We are initiating coverage on a company that not only is a solidly performing example of what a small business is, but a company that could perform exceptionally well over the short and long term. Technology has always been and always will be a top player in the U.S. stock market. Investors are seen flocking to new ideas and established ideas that, in their minds, have potential. Yes, some are speculative technologies and, with that, risk is absolutely increased.
On the flip side, finding an established tech which not only reinvents itself but also has a long history of research and development (R&D) is key. These companies -- some big names, most not -- are the places to look. These are the companies which make investors money and potentially lots of it.
InvenSense (NYSE:INVN) is a pioneer and global market leader in devices and related software for the motion interface market that detect and track an object's motion in three-dimensional space, including gyroscopes, accelerometers, compasses and pressure sensors. The company also serves the audio sensor (microphone) market through the acquisition of the MEMS Microphone product line of Analog Devices, Inc. INVN's MotionTracking devices, audio products and software combine micro-electro-mechanical system (MEMS) with mixed-signal integrated circuits (ICs) and proprietary motion and system-related algorithms and firmware that intelligently process, synthesize and calibrate the output of sensors for use by third party software applications via an application programming interface (API).
InvenSense's devices are different than the competition because of the company's ability to design and change with times as the need for technology, and mobile equipment is required to be scaled down in size and increased in performance on what seems to be a weekly basis. Their products are small, even micro in some cases; their scalability and high level of integration is paramount and the fact that their products are performance-driven, reliable, and cost effective is why their costumers keep coming back and how they continue to accrue new users and customers on a daily basis.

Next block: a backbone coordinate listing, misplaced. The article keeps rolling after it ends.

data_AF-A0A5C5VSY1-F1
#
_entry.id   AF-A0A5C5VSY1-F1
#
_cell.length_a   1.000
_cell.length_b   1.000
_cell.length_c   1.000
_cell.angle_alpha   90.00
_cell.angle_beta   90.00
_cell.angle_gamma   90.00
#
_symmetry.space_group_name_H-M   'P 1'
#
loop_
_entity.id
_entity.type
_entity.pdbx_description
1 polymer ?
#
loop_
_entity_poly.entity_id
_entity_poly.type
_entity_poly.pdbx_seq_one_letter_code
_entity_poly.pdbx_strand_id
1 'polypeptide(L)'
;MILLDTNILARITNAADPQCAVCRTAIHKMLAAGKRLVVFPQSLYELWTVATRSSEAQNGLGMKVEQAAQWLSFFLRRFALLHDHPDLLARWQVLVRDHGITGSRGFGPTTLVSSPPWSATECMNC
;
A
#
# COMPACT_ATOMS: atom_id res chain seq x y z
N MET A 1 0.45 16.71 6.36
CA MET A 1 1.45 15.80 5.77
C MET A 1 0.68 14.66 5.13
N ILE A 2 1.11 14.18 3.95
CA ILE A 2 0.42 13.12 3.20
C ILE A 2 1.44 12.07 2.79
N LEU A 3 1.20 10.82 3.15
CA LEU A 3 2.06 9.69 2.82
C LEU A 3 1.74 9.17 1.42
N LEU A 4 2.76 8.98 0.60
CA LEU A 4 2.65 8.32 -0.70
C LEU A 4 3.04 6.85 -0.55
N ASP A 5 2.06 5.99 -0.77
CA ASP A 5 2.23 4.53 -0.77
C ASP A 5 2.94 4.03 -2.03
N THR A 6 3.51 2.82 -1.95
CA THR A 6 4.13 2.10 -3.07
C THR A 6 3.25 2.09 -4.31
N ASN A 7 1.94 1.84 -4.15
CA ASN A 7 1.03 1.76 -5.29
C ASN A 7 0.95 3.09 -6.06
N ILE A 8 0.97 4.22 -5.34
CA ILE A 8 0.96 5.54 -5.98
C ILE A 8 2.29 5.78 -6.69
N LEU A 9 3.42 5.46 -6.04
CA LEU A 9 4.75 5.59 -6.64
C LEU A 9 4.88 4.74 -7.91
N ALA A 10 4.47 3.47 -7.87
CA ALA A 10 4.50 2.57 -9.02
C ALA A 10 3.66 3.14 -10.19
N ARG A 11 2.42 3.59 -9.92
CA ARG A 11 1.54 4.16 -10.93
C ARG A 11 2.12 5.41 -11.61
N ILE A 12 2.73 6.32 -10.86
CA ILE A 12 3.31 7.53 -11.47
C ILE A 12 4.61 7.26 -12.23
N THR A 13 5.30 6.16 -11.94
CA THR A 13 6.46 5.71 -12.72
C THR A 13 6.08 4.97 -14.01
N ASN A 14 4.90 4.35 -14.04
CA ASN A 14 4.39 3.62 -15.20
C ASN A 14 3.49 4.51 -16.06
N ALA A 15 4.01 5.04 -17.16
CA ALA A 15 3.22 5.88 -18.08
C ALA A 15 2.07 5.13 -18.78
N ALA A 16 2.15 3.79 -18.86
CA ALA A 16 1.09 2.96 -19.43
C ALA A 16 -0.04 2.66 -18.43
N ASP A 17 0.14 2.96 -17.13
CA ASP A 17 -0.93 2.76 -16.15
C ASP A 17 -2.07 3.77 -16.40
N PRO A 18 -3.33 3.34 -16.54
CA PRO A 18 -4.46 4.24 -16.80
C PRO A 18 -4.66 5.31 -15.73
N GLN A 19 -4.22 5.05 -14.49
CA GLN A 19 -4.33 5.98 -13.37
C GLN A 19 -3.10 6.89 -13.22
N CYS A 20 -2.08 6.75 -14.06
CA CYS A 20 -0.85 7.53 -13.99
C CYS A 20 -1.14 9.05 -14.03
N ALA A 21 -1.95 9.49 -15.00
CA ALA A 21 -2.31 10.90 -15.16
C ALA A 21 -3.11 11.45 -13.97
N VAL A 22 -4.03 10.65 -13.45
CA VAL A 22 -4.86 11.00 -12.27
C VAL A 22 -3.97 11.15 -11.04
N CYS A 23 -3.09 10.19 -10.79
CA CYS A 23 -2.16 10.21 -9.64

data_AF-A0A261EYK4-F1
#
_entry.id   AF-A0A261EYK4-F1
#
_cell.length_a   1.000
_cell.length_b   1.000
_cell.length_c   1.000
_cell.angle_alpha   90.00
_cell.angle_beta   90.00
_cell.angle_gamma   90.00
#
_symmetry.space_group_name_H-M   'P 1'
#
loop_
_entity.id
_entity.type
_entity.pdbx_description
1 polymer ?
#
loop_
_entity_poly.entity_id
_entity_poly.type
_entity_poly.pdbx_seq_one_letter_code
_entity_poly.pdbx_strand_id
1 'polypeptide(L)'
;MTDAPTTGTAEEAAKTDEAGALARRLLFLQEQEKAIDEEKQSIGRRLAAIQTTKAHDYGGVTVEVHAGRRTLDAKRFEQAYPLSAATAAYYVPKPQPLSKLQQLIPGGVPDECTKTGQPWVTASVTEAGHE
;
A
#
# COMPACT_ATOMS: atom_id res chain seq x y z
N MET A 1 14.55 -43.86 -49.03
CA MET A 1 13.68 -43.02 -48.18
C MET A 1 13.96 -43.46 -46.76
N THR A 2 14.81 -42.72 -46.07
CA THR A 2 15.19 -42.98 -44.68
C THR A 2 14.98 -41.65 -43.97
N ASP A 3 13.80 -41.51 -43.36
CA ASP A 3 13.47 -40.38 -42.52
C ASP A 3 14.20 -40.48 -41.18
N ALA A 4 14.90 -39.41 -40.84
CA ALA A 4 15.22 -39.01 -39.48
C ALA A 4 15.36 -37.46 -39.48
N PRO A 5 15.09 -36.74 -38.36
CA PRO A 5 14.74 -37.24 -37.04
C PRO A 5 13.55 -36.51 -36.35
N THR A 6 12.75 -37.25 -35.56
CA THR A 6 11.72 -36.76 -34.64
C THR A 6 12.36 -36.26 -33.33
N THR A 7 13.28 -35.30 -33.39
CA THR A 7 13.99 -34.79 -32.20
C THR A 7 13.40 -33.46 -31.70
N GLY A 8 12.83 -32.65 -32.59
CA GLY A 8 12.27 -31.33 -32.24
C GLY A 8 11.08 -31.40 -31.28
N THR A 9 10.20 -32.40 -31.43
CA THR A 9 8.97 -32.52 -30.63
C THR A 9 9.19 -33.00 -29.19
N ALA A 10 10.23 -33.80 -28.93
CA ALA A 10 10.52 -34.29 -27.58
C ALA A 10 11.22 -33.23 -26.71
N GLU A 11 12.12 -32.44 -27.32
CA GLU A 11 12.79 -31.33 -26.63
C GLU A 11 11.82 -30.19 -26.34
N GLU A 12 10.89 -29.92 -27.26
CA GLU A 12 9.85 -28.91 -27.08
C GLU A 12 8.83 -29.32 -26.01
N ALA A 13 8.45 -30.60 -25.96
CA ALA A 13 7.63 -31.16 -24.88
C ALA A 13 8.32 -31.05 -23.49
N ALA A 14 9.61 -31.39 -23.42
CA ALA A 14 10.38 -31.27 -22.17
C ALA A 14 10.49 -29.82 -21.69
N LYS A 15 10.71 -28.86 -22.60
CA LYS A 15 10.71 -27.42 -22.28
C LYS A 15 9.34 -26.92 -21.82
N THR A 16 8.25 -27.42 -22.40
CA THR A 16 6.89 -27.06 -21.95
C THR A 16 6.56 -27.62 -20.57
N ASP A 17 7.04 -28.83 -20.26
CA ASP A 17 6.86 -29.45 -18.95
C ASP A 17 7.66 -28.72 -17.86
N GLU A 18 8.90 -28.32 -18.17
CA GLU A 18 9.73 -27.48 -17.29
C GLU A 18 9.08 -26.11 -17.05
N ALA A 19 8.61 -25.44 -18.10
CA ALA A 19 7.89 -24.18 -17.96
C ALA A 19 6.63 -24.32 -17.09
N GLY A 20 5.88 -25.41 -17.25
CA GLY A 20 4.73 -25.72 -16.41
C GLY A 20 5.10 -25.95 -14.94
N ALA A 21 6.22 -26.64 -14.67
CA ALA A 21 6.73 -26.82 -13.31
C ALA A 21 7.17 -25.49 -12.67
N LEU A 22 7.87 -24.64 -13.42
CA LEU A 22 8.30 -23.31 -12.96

While the company's products are broadly applicable across an enormous spectrum of technology end users, INVN has a select grouping of "targets" that they gear their product specifically to in the consumer electronics sector. Some of those specific applications are:
- smartphones, tablets, ultrabook and laptop computers
- console and portable video gaming devices
- digital still and video cameras
- smart TVs (including digital set-top boxes, televisions and multi-media HDDs)
- navigation devices
- industrial sensors
- toys and health and fitness accessories.
The company has a unique and effective marketing strategy. Their method is to continue to target the consumer electronics market with their integrated MotionTracking and audio devices that not only satisfy the end user's requirements, but meet or exceed the performance and cost requirements of these electronics manufacturers they're catering to. Not only that, but they are very clear that they will continue to produce products, which are easy to integrate and set new industry performance benchmarks.